In the case of the store owner above, he should take a good look at the toys, talk to his distributor to see if there have been other complaints and let the manufacturer know about the problem. It could be that it was just one particular faulty product, a particularly aggressive dog with a powerful chewing drive or the whole product line could just not be “indestructible” as promised in its labeling. If it turns out the toy is defective, the store owner might consider not carrying that product anymore — or wait for the manufacturer to make a better product before stocking the toy again. He could also look for other sturdy toys to offer his customer. 

 

Follow Up 

No matter the outcome, it’s great to get back to a customer to let him or her know the outcome of the complaint and your investigation. It would have been awesome if the store owner had taken my name and number and called me a few weeks after the incident to let me know that he checked out the toys in response to my complaint and to share his findings. Even if he called to say, “Amy, I think this happened because Jack is just a particularly intense chewer, so I have some other toys that are a lot sturdier that I can recommend,” that would have made the difference between me never going there again and me becoming a loyal life-long customer. 

As a business owner myself, I appreciate a customer who is willing to give me the gift of feedback about my products and services in person. Too many times customers won’t bother and will just leave you and move on to your competitors. Worse yet, they’ll say nothing to you in person, but leave you scathing reviews and comments on your social media pages and on review websites. What do you do then? 

I know it’s tempting to just delete negative comments so no one sees them, but responding effectively to a negative comment shows you to be human, a good business perso and someone who has the integrity to face unhappy customers to try to resolve situations. However, don’t rush to comment either. Think through how to respond appropriately, calmly and non-defensively because once you post your response, it’s there for the world to see.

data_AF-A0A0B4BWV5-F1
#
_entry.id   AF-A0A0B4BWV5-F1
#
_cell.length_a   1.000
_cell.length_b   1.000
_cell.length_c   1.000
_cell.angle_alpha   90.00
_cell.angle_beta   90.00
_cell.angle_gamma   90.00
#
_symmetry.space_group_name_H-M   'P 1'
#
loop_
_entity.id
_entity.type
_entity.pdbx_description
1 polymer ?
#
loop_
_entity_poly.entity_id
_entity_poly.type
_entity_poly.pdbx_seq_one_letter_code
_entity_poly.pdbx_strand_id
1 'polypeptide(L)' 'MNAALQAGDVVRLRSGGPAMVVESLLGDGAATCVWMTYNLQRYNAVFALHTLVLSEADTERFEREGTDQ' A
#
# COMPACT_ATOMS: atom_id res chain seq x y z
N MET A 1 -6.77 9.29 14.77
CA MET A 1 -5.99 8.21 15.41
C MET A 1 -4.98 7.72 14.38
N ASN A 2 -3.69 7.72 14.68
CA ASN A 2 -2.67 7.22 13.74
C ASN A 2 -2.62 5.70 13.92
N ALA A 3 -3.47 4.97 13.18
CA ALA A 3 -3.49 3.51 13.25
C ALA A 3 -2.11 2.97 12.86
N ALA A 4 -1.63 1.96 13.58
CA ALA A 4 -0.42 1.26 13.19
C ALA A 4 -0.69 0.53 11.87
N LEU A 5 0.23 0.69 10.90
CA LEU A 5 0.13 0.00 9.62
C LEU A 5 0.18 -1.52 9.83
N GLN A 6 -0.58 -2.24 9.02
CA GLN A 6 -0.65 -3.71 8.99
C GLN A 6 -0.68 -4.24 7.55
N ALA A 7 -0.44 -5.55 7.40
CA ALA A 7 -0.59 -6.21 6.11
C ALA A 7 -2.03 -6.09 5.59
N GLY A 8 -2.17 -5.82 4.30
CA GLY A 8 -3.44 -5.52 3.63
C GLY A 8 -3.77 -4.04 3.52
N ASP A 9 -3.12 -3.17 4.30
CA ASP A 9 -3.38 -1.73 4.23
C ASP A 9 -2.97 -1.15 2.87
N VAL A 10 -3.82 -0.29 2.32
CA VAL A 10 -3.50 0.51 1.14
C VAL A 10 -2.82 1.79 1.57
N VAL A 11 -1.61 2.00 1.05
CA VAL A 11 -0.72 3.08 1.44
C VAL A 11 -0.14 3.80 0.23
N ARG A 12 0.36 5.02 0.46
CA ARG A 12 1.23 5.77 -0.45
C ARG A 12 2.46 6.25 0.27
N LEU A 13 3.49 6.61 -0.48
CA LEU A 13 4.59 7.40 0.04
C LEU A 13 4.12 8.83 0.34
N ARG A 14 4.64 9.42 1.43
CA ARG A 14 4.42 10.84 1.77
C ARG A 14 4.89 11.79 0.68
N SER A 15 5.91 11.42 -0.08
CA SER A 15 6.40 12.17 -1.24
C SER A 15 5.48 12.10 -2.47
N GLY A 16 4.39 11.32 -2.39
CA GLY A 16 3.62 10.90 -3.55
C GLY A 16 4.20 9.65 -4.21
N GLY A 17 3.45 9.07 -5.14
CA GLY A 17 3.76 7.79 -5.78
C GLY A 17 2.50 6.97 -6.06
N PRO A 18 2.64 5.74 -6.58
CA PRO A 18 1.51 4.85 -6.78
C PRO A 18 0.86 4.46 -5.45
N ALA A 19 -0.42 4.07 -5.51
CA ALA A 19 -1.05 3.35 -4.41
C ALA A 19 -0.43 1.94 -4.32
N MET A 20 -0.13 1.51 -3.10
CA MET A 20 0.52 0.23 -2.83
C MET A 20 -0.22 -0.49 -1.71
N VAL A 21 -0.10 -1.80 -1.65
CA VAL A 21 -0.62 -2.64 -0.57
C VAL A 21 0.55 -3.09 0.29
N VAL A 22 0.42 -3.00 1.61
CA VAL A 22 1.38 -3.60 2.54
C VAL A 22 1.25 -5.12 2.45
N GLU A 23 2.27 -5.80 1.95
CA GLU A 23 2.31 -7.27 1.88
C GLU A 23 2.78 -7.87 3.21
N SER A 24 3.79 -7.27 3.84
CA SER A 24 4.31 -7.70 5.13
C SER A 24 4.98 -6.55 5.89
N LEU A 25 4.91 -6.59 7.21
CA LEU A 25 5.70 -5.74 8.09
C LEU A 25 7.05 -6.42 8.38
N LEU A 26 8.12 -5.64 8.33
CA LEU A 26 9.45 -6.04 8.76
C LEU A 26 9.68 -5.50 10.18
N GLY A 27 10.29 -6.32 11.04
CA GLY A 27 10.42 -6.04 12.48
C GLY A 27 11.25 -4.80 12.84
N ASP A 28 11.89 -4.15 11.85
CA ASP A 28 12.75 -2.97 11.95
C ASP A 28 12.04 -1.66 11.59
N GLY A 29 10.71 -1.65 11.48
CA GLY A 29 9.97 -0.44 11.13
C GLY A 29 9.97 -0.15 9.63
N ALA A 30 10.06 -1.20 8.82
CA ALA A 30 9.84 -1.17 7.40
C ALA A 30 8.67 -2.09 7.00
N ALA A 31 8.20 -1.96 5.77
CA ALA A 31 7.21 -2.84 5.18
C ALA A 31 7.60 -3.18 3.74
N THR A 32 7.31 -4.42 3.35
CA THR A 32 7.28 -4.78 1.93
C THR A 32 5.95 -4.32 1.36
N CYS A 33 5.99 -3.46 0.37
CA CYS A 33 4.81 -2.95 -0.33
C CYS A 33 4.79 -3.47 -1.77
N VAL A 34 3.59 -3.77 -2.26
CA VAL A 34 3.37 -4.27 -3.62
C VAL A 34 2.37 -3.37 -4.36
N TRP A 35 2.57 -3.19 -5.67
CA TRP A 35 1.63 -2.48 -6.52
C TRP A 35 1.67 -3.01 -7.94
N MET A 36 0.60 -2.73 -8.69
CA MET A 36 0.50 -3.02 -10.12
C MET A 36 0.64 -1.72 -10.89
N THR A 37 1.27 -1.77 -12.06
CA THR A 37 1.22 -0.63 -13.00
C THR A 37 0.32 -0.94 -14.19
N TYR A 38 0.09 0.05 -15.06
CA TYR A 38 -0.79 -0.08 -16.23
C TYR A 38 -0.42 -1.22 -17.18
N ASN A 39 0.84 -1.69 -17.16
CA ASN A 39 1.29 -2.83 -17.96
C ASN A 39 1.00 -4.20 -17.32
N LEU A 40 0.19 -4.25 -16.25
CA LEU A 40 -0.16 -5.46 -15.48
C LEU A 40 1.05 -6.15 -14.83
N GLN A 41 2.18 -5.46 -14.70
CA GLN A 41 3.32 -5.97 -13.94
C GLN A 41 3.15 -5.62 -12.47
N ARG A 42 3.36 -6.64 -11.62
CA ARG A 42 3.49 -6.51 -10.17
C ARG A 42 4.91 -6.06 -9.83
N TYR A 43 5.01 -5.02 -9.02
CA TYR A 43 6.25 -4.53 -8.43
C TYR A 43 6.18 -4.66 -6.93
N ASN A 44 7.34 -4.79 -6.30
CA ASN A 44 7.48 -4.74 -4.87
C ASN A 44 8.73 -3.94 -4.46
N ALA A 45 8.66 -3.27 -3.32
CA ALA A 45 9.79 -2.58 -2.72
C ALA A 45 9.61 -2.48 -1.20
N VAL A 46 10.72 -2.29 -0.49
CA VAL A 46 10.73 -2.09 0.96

Keep your response simple with the goal of moving the conversation offline. A good response might be simply to say, “Amy, thank you for sharing your concerns. We’re truly sorry you weren’t happy with the toy you purchased from our store. We want to resolve this situation to your satisfaction, so please give me a call personally at xxx-xxx-xxxx and I’ll be happy to make things right for you.”  

A response that begins with “Amy, thank you for sharing your concerns,” shows everyone who sees it that you’re open to feedback and the opportunity to improve. Even if the complaint isn’t something you can solve, it shows you’re listening and that you care. Notice that I used the person’s name. This not only personalizes the response, but shows people you don’t just “cut and paste” a generic response to complaints. 

Sometimes customers will post a comment or review despite the fact that you’ve already addressed the problem with them previously. This is not the time to get defensive and respond by saying, “As I’ve already told you…”  

Instead, you can say, “I’m sorry that the solution we discussed on the phone doesn’t seem to be working for you. I’ll give you a call to see what we more we can do to resolve this issue.” The assumption here being that you’ve gotten the contact information for the person when you spoke to them previously. If, for some reason you didn’t get the person’s contact information, ask them to give you a call to resolve the issue. 

 

Amy P. Castro, MA, is a business, leadership and communication expert, author and speaker who helps organizations develop leaders and build amazing teams one person at a time. She works with pet industry professionals who want to grow their loyal customer base by building a “Best in Show” team that can deliver a 5-Star Customer Experience. Amy is also the president of Starlight Outreach and Rescue, a nonprofit rescue in the Houston, Texas, area, and she has personally fostered more than 1,000 shelter pets.